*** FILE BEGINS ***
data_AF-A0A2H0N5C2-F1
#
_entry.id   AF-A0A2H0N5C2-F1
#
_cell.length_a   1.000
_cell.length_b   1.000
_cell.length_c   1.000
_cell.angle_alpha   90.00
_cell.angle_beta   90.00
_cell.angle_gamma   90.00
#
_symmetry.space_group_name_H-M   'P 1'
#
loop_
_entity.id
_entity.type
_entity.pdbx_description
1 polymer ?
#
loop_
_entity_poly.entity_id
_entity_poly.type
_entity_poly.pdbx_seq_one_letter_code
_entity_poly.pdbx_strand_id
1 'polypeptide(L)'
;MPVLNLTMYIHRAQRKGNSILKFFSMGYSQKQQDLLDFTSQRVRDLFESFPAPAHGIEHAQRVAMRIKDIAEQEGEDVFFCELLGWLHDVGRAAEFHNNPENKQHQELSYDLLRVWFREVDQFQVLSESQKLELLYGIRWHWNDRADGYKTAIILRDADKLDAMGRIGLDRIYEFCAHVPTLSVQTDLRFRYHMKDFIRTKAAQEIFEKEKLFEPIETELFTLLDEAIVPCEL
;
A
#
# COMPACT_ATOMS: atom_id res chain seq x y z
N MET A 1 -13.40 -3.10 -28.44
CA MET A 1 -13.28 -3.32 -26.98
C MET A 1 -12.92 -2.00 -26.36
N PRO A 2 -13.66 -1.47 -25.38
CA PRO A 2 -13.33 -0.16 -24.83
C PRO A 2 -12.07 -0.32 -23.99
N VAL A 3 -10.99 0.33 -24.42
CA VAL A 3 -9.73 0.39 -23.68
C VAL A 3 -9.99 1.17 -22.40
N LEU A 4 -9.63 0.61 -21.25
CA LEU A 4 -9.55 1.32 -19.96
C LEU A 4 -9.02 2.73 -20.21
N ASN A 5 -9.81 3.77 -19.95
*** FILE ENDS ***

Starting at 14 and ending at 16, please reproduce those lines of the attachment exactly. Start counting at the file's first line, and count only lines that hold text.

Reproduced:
loop_
_entity.id
_entity.type